Margetuximab is an innovative immune-enhancing monoclonal antibody that has shown good clinical activity in the ongoing phase 3 SOPHIA study (NCT02492711).13 “This [drug] was designed to try to increase the binding for the low-affinity activating Fc gamma receptor, which is CD16A, and decrease affinity for the inhibitory Fc gamma receptor,” said Rugo, who is part of the SOPHIA Study Group. This mechanism of action enhances innate immunity and potentiates adaptive immunity, including enhanced clonality of the T-cell repertoire and induction of HER2-specific T- and B-cell responses.13
The SOPHIA study randomly assigned patients with progression of HER2-positive metastatic breast cancer after at least 2 lines of anti-HER2 therapy, including pertuzumab, and 1 to 3 lines of therapy for HER2-positive metastatic breast cancer 1:1 to margetuximab or trastuzumab, both given with investigator’s choice of chemotherapy (ie, capecitabine, eribulin, gemcitabine, vinorelbine).13 Patients in the margetuximab arm had a longer median PFS than those in the trastuzumab arm (5.8 vs 4.9 months; HR, 0.76; 95% CI, 0.59-0.98; P = .033). Results were more pronounced in patients with CD16A genotypes containing a 158F allele, with this subset of margetuximab-treated patients having a median PFS of 6.9 months. Margetuximab also showed a trend toward OS benefit.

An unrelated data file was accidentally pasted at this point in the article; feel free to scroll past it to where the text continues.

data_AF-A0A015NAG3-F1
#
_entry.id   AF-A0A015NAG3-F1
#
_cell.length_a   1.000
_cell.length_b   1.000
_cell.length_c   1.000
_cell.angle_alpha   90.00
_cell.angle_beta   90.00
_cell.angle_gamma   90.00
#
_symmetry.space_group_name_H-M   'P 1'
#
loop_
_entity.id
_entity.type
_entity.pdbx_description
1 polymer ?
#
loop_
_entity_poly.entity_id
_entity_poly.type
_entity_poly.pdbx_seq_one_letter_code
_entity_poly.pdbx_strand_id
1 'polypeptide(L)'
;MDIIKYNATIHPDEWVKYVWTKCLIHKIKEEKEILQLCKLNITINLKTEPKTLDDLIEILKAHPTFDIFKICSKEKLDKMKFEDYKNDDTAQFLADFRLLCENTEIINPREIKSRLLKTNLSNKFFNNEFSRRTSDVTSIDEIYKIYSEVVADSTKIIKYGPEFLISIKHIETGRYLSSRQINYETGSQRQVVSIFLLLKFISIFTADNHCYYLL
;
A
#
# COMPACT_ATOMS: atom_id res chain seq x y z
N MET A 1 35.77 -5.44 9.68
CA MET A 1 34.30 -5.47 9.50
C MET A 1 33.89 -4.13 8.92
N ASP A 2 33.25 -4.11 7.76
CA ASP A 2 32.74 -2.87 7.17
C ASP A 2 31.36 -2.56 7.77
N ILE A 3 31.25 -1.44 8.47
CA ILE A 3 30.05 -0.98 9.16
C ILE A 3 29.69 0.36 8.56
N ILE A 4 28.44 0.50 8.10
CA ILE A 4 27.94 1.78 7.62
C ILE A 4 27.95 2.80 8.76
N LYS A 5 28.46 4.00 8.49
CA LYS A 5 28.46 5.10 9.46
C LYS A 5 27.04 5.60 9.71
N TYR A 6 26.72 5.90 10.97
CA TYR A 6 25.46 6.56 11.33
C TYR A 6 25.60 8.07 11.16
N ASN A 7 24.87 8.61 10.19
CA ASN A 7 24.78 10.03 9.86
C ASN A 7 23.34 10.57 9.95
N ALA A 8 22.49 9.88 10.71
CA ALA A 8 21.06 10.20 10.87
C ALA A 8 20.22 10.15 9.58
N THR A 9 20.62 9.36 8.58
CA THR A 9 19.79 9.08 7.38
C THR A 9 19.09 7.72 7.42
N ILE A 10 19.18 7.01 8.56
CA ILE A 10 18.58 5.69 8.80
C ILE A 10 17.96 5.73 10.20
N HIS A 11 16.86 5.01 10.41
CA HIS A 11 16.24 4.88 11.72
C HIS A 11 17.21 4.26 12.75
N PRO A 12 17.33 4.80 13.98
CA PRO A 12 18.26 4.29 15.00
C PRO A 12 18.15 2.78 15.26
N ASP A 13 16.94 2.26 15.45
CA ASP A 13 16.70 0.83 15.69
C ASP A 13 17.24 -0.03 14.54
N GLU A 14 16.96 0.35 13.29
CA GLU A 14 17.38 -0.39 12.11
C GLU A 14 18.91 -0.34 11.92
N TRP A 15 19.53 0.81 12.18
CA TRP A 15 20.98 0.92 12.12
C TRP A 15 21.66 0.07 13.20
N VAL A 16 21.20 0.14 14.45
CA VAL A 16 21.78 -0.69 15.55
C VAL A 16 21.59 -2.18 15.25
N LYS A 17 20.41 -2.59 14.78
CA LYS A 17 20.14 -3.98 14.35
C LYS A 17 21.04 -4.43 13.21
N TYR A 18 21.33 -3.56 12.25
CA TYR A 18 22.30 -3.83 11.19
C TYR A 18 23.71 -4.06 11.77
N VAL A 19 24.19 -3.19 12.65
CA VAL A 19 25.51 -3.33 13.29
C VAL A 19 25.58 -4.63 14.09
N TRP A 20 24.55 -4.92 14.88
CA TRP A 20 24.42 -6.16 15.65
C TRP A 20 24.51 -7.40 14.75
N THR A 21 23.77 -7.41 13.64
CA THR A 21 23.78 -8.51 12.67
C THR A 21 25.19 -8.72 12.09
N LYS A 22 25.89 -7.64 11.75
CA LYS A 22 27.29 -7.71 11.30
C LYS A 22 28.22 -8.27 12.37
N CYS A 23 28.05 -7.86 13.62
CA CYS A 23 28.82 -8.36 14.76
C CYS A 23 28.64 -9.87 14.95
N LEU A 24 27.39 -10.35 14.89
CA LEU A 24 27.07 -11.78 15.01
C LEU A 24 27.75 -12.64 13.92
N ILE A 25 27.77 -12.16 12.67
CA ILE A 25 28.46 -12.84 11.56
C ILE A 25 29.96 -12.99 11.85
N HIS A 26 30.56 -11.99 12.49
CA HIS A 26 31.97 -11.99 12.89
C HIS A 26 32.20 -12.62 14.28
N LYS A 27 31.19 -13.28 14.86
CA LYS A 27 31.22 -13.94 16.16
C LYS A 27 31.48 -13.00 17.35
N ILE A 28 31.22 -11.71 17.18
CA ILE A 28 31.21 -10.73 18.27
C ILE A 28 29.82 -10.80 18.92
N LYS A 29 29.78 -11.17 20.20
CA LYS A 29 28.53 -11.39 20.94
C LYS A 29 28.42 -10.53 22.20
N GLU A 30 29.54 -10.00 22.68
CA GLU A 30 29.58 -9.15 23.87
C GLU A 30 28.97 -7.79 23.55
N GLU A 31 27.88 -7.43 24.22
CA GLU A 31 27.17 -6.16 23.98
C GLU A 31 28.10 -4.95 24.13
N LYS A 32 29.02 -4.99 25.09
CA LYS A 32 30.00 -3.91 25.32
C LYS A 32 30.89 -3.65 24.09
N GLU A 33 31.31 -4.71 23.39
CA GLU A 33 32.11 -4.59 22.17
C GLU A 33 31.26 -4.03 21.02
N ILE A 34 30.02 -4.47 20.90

“[These] are very interesting data, but it’s difficult to understand exactly how [margetuximab is] going to play a role in terms of all of these other therapies. It still may play a role in the later-line setting. There is a lot of interest in setting the antibody specifically in patients who have the F allele, which is a large majority of patients, so it’ll be interesting,” Rugo said.
Margetuximab is currently being reviewed by the FDA for the treatment of patients with pretreated metastatic HER2-positive breast cancer in combination with chemotherapy.14 The Prescription Drug User Fee Act decision date is set for December 18, 2020.
1. Callahan R, Hurvitz S. Human epidermal growth factor receptor-2-positive breast cancer: current management of early, advanced, and recurrent disease. Curr Opin Obstet Gynecol. 2011;23(1):37-43. doi:10.1097/gco.0b013e3283414e87